PORTLAND – Maine’s seafood harvest topped half a billion dollars for the first time as fishermen had the second-largest haul by weight since 1950, according to preliminary 2012 statistics released by the Department of Marine Resources.
For the year, fishermen harvested 318 million pounds of fish, shellfish and other marine species valued at $527.7 million.
The value of the harvest shatters the previous one-year best of $456.8 million in 2010, according to DMR statistics. The 318 million-pound haul is the largest on record since 1950, when the catch topped 356 million pounds.
Some fishermen fared particularly well in 2012, most notably those who catch baby eels, known as elvers. With prices reaching $2,000 a pound or more, harvesters got $38.7 million for their catch. That was a fivefold increase over a year earlier, when the catch was worth less than $8 million.
But Marine Resources Commissioner Patrick Keliher cautioned that the high overall value of last year’s harvest doesn’t mean fishermen are getting rich. Lobster harvesters suffered under the lowest prices since 1994, while all fishermen contended with high prices for fuel, bait and supplies, he said.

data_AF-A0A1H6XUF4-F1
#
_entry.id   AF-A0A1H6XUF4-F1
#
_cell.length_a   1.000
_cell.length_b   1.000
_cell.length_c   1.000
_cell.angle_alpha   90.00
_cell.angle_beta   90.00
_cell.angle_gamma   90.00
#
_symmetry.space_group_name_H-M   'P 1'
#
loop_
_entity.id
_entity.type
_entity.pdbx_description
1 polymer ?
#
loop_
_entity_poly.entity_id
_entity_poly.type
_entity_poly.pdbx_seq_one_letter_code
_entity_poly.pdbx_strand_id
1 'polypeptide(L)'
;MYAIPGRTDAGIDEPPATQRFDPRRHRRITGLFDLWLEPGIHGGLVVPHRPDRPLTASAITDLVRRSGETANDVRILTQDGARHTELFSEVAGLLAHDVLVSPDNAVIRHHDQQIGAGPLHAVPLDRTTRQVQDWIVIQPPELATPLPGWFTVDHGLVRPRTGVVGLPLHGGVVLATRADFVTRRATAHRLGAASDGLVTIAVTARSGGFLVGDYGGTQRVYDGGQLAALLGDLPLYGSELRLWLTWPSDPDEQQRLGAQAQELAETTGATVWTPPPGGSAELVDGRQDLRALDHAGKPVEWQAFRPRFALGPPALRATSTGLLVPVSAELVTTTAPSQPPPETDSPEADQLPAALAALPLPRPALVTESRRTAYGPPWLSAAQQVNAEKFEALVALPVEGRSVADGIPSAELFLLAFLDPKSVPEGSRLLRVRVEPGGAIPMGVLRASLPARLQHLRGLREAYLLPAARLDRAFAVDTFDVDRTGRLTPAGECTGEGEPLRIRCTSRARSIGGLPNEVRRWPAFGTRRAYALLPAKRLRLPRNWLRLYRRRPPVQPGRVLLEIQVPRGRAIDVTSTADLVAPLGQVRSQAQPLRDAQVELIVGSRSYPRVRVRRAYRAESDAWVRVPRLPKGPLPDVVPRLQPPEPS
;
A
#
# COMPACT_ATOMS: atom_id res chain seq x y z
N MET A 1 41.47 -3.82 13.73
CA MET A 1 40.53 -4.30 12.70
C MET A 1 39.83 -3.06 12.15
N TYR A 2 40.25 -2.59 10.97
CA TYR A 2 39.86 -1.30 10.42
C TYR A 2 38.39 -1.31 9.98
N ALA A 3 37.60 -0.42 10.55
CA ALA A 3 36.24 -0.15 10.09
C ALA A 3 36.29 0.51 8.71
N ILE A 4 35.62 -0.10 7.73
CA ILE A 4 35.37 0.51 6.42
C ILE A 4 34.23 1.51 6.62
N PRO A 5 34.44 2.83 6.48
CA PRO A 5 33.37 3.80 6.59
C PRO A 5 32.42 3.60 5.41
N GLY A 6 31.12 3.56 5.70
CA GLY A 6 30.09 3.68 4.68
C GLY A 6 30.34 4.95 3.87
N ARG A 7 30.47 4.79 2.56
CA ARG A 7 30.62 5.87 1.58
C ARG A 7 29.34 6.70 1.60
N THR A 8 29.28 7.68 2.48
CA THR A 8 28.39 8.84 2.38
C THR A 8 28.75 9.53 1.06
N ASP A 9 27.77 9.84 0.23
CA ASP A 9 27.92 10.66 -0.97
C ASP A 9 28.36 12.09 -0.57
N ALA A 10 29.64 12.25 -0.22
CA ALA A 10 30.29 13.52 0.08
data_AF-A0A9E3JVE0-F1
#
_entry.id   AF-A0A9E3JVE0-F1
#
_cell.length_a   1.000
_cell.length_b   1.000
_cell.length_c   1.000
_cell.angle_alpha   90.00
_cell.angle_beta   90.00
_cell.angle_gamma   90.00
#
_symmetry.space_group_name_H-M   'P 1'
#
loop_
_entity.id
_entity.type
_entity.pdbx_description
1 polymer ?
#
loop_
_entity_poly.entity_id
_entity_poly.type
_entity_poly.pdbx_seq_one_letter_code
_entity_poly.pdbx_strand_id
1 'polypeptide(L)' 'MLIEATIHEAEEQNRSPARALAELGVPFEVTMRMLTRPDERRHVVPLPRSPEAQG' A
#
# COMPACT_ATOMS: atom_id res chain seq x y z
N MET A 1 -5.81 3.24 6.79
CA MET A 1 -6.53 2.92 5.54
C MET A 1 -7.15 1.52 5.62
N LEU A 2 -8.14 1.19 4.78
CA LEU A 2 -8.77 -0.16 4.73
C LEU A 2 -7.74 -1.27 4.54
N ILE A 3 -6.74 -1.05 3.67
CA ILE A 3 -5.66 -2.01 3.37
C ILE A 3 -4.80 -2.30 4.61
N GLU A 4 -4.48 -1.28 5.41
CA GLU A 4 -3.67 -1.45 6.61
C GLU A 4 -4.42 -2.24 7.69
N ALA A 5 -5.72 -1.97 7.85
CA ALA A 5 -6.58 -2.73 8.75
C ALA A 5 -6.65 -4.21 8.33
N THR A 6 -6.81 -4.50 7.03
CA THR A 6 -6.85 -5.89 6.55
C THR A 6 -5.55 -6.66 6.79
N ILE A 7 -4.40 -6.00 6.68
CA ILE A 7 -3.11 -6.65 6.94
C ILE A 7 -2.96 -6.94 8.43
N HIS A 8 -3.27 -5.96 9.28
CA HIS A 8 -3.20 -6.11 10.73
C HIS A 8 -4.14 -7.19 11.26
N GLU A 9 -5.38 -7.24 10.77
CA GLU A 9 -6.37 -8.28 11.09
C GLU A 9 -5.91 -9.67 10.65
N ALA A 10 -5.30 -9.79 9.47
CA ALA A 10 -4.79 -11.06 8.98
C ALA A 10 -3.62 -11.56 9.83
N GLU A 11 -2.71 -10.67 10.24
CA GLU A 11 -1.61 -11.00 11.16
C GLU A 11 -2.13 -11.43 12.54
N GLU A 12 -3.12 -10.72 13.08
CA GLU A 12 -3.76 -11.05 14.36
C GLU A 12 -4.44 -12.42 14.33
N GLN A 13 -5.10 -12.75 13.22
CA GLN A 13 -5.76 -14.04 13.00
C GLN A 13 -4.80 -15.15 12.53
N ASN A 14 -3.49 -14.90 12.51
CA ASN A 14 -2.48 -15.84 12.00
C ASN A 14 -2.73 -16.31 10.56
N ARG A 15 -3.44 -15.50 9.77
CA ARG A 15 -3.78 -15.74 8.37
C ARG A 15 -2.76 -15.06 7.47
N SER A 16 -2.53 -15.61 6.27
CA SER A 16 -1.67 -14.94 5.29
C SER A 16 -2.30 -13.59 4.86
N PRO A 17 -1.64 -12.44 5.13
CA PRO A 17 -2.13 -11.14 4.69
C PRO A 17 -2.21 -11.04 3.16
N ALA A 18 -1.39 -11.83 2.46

“In some areas, where they can’t make up for the low prices in volume, they’re barely making it,” Keliher said.
Lobster was Maine’s top fishery for the year by far, with a record 127 million-pound catch valued at a record $341 million. Lobster accounted for 65 percent of the value of the total catch for the year.
Elvers came in at No. 2, while soft-shell clams were the third-most-valuable fishery, at $15.6 million. Herring, with a value of nearly $15 million, was the No. 4 fishery, while groundfish — cod, haddock and other bottom-dwelling fish — rounded out the top 5.
Other valuable species included sea urchins at $5 million, bloodworms at $4.9 million, scallops at $3.2 million and tuna at $2.2 million.
Maine’s seafood catch in 2011, the latest year for which federal nationwide statistics are available, was the No. 3 fishing state in terms of value of seafood caught, behind Alaska and Massachusetts. It accounted for roughly 8 percent of the total value of the U.S. seafood harvest.